Original celebrity chef Wolfgang Puck opens up about his 40-year career, his favorite Vegas restaurant, and health-conscious cooking.
It takes a certain kind of trailblazing chef to completely revolutionize a city’s dining scene, but that’s exactly what Wolfgang Puck did in Vegas when he opened Spago at The Forum Shops at Caesars in 1992. A spinoff of his popular West Hollywood restaurant of the same name (now located in Beverly Hills), Spago was the first eatery in Vegas to be helmed by a celebrity chef, and its debut catalyzed the development of a new kind of food culture on the Strip. Today, Puck oversees a worldwide empire that includes seven restaurants in Vegas, the newest of which, Wolfgang Puck Bar & Grill, opened its doors at Downtown Summerlin in early November.
We stop by the chef's restaurant to celebrate the launch of his latest cookbook, Wolfgang Puck Makes It Healthy, and chat with him about his illustrious career and his impressions of the Vegas food scene.
You’ve witnessed so much progress unfold in the Vegas restaurant world over the past two decades. What are you thoughts on food and celebrity-chef culture in Vegas?
Wolfgang Puck: Well, we were really the first ones here. In 1992, when we opened Spago, we were the only restaurant with name recognition in this town. Everyone from Steve Wynn to the other casino bosses came to see [it]. We did really well, and all of a sudden everybody said, “You know, if you want to have a restaurant [in Vegas], you have to hire a chef who operates the restaurant.” So now almost every chef from around the world has a restaurant here—almost too many now. But I like the cooking. I don’t have an agent, I don’t go out and try to have my television show or anything unless I have to. I do a little bit so as not to fall out of the picture—you know, “Oh, Wolfgang is too old, he cannot do that anymore.” But that’s not my main business. My main business is the restaurants. That’s really what I do. I’m not going to go somewhere and shoot for six weeks and not be in a restaurant and not be with my family.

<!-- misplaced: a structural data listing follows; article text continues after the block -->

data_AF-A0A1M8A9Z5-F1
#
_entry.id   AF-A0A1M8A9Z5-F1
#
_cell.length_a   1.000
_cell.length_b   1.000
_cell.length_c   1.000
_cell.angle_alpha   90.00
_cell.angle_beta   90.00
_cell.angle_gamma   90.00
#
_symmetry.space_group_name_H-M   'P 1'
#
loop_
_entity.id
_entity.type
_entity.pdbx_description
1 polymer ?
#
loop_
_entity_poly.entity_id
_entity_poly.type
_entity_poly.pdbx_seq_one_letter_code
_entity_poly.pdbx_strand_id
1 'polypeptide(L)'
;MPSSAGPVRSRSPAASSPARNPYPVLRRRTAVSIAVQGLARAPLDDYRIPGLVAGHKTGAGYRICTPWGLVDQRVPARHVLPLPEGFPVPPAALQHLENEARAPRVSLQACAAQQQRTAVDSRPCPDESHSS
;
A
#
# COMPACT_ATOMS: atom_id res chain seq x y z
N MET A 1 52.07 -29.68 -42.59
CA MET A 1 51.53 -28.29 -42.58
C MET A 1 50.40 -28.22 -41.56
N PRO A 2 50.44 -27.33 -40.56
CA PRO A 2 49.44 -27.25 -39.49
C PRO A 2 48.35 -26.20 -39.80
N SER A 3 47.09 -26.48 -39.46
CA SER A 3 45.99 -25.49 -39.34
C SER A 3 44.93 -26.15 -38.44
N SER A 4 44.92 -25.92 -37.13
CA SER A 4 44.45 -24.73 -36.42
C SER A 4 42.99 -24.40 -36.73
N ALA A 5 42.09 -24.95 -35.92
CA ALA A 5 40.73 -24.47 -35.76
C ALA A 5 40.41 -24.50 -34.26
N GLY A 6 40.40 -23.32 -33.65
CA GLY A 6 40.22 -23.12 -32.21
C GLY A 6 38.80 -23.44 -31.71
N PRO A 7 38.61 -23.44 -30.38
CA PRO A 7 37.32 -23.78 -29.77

Which Vegas chefs or restaurants do you think are making the biggest statements today?
WP: To me, one of the most important is Joël Robuchon. Worldwide, he created a great restaurant, L’Atelier. If you go to Tokyo or Paris or Vegas, it’s always very good—consistent.
One of your first jobs as a young cook in the 1970s was at the legendary Maxim’s in Paris. What was that like?
WP: Maxim’s at that time was probably the most amazing restaurant in the world. The clientele alone included everybody from heads of state to [Aristotle] Onassis to Yul Brynner to Salvador Dalí and Catherine Deneuve. Plus, we had a live orchestra playing. The food was three-star, so it was the most glamorous restaurant you could imagine. I still have pictures of Salvador Dalí standing outside with his coat on, Yul Brynner with Marcello Mastroianni and Catherine Deneuve—it was crazy. I can remember I used to have Serge Gainsbourg and Jane Birkin come in. They were always there until 3 in the morning hanging out, and everybody was smoking.